Smart products to green your life

Smart products to green your life

Today is World Environment Day. Metrolife brings you a host of innovative products aimed at minimising harm to the earth

Bumpadum manufactures reusable cloth diapers.

From turning leftover cooking oil to biodiesel to making non-throwaway diapers, everything little environment-friendly act can help the earth heal a bit.

In fashion, turning old into new

Fashion guru Prasad Bidapa, who has curated and choreographed the Sustainable and Ethical Fashion Show at Embassy Office Parks across four locations, says it is important for people to realise mindless fashion consumption is endangering the earth.

He says fashion is the second most destructive industry in the world. “We buy new clothes before we need them, and gigantic garment manufacturing companies throw unsold synthetic merchandise into landfills where they take thousands of years to decompose,” he observes.

Water used for growing cotton depletes groundwater, textile manufacturing byproducts pollute our rivers, seas and marine life, and cheap labour in the third world is exploited, he says.

Reusable cloth diaper

Bumpadum, a Bengaluru-based company, manufactures reusable cloth diapers. It aims to provide an alternative to traditional cloth nappies and disposable diapers.  

Anuradha Rao, founder, says, “I was looking for eco-friendly diaper options, but found there were no cloth ones affordable in India. I wanted to start something that would make eco-friendly diapers that are economical, safe, chemical-free and comfortable for babies.”

She says Bumpadum diapers are leak-proof and smell-proof. They are made with hemp and organic cotton. The company has also introduced cloth menstrual pads under the brand name of Bhoomi.

These are made from the same material as the diapers. Bumpadum has sold close to 14,000 cloth diapers across south India so far.

A Bumpadum diaper costs Rs 699, and is available at www.bumpadum.com

Stationery that can turn into a plant

Dopolgy, a city-based start-up by Akshata Bhadranna and Rahul Pagad, makes a host of stationery products.

Realising how much plastic they had used over 28 years, they set out to find alternatives, but soon realised that was an expensive affair.

“Most people in India are from the middle-class, and we wanted to make sustainability affordable to them,” says Akshata.

The duo makes and sells pencils made from newspapers, bamboo charcoal toothbrushes, and cards with marigold and jasmine seeds that can be planted later.

“No matter at what price we are selling these products, or how effective they are, we have people who come back to ask how this will make a difference in their life. This constantly reminds us how much more work we need to do to spread awareness about being sustainable,” Akshata says.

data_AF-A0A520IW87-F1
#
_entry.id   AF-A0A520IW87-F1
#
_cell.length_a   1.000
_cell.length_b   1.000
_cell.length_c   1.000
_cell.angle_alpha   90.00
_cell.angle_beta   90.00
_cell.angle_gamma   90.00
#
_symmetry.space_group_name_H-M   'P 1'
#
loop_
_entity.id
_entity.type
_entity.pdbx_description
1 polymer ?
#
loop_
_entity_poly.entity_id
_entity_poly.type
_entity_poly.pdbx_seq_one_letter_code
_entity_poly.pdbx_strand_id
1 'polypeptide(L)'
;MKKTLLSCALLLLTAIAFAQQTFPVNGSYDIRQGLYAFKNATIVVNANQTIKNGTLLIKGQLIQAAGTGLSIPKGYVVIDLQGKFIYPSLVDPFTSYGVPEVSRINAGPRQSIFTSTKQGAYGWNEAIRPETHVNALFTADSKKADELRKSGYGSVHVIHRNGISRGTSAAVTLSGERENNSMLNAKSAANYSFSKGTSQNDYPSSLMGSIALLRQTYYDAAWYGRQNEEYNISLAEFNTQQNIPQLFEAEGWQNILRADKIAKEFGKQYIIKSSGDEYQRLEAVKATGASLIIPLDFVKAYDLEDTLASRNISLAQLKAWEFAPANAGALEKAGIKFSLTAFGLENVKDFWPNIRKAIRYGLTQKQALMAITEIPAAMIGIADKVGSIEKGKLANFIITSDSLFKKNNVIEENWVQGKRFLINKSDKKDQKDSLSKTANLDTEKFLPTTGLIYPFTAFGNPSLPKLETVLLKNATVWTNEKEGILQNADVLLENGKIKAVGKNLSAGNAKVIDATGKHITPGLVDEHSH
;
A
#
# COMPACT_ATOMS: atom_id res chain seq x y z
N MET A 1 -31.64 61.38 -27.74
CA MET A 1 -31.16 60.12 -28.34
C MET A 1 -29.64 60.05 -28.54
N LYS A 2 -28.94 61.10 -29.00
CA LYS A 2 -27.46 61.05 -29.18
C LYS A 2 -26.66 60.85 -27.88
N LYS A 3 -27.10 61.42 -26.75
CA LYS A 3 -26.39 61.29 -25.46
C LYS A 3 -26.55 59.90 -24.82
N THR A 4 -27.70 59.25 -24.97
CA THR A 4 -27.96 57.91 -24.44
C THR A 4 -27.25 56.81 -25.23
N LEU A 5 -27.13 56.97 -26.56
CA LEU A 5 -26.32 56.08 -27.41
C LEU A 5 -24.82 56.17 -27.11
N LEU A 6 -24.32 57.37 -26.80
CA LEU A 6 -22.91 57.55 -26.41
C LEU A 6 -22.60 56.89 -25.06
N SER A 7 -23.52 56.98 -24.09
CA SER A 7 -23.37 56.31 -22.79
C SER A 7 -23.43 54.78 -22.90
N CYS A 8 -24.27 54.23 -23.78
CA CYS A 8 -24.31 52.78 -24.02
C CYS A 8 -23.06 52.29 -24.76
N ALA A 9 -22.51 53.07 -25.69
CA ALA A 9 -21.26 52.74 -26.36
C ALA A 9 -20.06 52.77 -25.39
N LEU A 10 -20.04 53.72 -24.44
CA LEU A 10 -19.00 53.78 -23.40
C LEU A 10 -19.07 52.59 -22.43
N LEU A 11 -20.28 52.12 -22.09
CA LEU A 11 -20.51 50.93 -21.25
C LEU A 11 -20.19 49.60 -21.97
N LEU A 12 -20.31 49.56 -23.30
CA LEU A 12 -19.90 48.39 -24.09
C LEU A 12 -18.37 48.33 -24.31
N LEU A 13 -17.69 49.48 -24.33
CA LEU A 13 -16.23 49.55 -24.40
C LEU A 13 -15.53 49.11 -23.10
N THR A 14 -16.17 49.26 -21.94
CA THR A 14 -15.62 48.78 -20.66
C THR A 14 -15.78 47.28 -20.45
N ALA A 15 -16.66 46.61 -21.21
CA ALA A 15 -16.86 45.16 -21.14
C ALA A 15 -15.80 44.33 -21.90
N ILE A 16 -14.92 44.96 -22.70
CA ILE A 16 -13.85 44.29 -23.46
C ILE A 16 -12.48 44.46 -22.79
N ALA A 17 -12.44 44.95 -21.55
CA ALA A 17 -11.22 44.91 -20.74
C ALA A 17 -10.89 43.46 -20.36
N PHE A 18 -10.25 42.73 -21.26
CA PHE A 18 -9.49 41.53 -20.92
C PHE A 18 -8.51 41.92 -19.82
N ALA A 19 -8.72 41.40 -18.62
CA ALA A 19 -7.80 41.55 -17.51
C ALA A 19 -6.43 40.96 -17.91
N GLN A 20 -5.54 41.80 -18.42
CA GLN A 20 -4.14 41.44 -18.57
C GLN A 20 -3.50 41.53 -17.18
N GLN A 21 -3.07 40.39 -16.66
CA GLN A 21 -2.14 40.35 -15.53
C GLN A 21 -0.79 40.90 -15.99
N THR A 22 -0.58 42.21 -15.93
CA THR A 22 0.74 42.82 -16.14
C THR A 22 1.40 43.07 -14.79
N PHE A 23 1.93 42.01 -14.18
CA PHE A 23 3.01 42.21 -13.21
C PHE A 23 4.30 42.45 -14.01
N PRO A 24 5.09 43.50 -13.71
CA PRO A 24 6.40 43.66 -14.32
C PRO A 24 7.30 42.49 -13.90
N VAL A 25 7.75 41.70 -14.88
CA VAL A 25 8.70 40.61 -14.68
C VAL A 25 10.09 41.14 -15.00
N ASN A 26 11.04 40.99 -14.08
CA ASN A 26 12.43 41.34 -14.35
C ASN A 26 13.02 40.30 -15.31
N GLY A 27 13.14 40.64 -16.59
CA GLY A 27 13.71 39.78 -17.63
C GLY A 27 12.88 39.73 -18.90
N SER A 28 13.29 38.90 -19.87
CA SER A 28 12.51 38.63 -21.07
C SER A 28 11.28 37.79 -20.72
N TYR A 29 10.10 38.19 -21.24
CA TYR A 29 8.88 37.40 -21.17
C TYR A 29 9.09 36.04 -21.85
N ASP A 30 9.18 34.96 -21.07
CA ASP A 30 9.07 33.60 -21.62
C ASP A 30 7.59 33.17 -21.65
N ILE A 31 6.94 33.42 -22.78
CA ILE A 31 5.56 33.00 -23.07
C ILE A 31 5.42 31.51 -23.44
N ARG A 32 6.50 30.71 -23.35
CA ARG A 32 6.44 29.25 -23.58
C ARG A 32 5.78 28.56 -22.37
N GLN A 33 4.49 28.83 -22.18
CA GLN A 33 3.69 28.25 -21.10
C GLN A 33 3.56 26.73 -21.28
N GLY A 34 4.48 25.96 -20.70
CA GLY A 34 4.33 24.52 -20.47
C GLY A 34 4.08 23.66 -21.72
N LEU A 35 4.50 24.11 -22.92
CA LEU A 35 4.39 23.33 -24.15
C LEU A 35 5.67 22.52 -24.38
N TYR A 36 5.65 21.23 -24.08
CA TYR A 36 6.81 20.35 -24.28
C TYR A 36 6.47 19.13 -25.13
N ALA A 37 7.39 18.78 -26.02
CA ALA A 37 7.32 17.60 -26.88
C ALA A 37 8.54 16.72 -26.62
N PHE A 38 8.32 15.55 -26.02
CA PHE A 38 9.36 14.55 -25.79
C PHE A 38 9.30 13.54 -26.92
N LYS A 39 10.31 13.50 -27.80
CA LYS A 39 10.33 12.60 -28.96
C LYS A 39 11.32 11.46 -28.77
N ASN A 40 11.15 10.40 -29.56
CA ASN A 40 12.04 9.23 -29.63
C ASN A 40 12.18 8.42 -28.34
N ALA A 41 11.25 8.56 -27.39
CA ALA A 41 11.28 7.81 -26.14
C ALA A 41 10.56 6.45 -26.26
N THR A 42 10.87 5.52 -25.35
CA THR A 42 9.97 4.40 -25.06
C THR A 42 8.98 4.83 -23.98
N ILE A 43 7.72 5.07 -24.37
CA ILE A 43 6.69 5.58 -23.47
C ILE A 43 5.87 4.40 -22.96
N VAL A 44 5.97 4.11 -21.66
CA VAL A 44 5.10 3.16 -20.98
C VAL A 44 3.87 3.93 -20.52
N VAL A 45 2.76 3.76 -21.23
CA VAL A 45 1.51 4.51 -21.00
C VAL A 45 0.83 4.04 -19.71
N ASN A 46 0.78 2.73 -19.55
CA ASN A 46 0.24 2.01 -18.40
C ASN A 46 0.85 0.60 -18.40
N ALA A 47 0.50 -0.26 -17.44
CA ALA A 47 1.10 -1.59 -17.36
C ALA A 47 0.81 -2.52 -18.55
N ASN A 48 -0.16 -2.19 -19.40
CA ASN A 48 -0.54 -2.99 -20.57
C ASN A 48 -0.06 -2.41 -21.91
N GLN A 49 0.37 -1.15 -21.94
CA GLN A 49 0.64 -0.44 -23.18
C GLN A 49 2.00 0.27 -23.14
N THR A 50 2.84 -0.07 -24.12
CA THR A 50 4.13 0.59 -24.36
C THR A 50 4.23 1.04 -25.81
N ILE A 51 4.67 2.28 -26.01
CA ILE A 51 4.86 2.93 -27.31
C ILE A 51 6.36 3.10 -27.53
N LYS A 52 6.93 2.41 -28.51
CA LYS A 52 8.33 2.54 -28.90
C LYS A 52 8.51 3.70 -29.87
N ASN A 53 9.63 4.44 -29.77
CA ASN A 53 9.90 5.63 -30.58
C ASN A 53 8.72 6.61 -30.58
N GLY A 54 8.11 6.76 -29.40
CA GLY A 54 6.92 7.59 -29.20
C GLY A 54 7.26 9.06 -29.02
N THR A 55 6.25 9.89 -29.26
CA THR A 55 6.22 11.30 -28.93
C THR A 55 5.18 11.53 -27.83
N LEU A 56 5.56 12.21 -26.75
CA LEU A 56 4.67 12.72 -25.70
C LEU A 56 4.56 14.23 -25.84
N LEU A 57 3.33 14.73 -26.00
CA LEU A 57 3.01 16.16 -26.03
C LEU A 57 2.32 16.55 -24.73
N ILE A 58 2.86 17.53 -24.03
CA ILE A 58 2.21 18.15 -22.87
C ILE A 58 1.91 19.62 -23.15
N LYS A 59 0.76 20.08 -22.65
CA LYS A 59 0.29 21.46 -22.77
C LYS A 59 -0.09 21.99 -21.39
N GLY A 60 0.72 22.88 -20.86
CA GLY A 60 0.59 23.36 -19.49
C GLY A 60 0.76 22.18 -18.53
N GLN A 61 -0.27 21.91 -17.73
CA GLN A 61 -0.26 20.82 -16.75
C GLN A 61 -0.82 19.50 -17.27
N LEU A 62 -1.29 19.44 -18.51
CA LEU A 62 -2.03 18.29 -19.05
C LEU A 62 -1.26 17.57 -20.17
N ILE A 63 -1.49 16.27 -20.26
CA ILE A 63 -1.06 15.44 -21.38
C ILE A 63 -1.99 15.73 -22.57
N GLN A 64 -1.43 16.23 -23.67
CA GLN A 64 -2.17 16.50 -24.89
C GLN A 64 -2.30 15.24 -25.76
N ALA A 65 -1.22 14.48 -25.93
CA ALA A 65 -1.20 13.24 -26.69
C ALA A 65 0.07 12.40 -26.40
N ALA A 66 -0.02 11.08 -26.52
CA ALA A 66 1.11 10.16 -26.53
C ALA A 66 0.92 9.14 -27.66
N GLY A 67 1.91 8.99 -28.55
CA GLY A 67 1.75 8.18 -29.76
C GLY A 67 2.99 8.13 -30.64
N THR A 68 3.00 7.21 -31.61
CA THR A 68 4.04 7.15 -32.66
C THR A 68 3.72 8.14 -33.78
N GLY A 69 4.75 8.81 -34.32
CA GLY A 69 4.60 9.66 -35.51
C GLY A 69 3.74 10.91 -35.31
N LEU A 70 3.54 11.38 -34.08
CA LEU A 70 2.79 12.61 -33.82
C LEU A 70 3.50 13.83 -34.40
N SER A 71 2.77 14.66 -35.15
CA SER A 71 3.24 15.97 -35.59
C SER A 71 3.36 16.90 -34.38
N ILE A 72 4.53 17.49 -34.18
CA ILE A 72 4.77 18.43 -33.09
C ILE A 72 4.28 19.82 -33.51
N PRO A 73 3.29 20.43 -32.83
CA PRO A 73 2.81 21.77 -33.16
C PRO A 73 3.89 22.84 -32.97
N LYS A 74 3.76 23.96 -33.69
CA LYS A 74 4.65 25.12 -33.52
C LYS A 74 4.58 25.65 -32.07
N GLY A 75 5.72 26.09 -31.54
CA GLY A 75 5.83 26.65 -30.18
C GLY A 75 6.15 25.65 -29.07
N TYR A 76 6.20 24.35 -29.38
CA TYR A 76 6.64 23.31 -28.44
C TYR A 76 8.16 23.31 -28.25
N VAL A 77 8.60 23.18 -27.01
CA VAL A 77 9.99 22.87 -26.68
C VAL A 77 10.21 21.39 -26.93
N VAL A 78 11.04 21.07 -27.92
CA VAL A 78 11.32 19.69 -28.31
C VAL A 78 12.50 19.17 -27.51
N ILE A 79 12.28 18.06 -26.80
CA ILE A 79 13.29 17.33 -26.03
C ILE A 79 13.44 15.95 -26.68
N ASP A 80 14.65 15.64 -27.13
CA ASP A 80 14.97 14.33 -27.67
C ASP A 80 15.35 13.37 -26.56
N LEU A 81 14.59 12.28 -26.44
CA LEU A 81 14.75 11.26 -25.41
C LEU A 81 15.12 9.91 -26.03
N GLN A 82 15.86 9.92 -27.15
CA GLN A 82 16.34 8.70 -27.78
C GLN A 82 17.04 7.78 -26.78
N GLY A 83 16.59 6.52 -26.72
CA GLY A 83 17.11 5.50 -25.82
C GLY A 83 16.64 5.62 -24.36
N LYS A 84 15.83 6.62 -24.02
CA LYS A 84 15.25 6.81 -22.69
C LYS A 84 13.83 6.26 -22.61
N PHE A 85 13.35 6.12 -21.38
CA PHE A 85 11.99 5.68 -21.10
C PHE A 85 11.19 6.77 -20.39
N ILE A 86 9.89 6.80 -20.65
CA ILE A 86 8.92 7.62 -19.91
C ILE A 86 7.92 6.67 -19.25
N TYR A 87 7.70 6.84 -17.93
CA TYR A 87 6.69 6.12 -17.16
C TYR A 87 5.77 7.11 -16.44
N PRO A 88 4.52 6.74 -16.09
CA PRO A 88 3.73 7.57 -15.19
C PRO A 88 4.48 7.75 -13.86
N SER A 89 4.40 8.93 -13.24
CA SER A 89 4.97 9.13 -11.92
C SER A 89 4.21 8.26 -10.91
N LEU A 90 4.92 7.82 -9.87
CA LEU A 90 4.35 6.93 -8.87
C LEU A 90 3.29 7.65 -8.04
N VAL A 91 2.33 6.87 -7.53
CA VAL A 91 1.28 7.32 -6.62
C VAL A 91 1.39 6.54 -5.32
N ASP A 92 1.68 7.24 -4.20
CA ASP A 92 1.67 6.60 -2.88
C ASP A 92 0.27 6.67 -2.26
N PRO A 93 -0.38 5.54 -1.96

Oxo-degradable sanitary disposal bags

Sirona, a menstrual and intimate hygiene product brand, offers a wide range of intimate and menstrual hygiene products that it says are environment-friendly.

The oxo-degradable sanitary disposal bags are tear-resistant and sealed to ensure zero bad odour or leakage. They degrade biologically in bits, unlike ordinary plastic bags.

Deep Bajaj, founder, PeeBuddy and Sirona, says, “Waste pickers separate out soiled napkins from recyclable items by hand, exposing themselves to various diseases. Once sealed, this bag prevents human contact with waste.”

The disposal bags are ideal for discarding products such as diapers, sanitary pads, tampons and condoms. Bajaj also encourages women to use menstrual cups and ditch their pads.

“Menstrual cups are environment-friendly, re-usable, economical and convenient to use,” he says.

Organic, no-bleach sanitary pads

Founded by Deepanjali Kanoria, a Kolkata-based entrepreneur, Heyday is now in Bengaluru. Made of corn and bamboo fibre, these pads take about six months to two years to completely decompose, while synthetic pads take about 450-500 years.

“Ninety-percent of the sanitary napkin that is synthetic is made out of plastic. The other raw materials include polymers, anti-bacterial agents, and bleaches which are harmful to a woman’s body and the environment,” says Deepanjali.

Bamboo has high absorbency quality, being a natural absorbent plant fibre. And, corn provides soft texture to the pad.

A Heyday pack with seven pads costs Rs 99.

 

 

Shorts from pants

Fashion guru Prasad Bidapa says he constantly promotes recycling and upcycling: a garment is given a new lease of life with minor alterations, or two old garments are used to make a new one. Old pants can be turned into new shorts, old saris can be used to make cushion covers.

Cooking oil becomes biodiesel

Indian Hotels Company Limited is collaborating with Mahatma Gandhi Institute of Rural
Energy Development (MGIRED) and developed a pilot project to convert waste cooking oil to biodiesel.

The Taj Group of Hotels is the first hotel chain to join the project.

“A friend of mine who works with the institute approached me and I was up for it. We wanted to convert the waste oil that we get every day in an environment-friendly
way. It is very hard to dispose of this oil as it
is hazardous to the environment. We offered to give it away free of cost,” Manoj Mathew, general manager, Taj MG Road, says.

The biodiesel provides fuel for government vehicles. The bi-products that act like soap can be used for handwash. Every month, 200 litres of
biodiesel are produced from leftover oil from Taj MG Road, he says.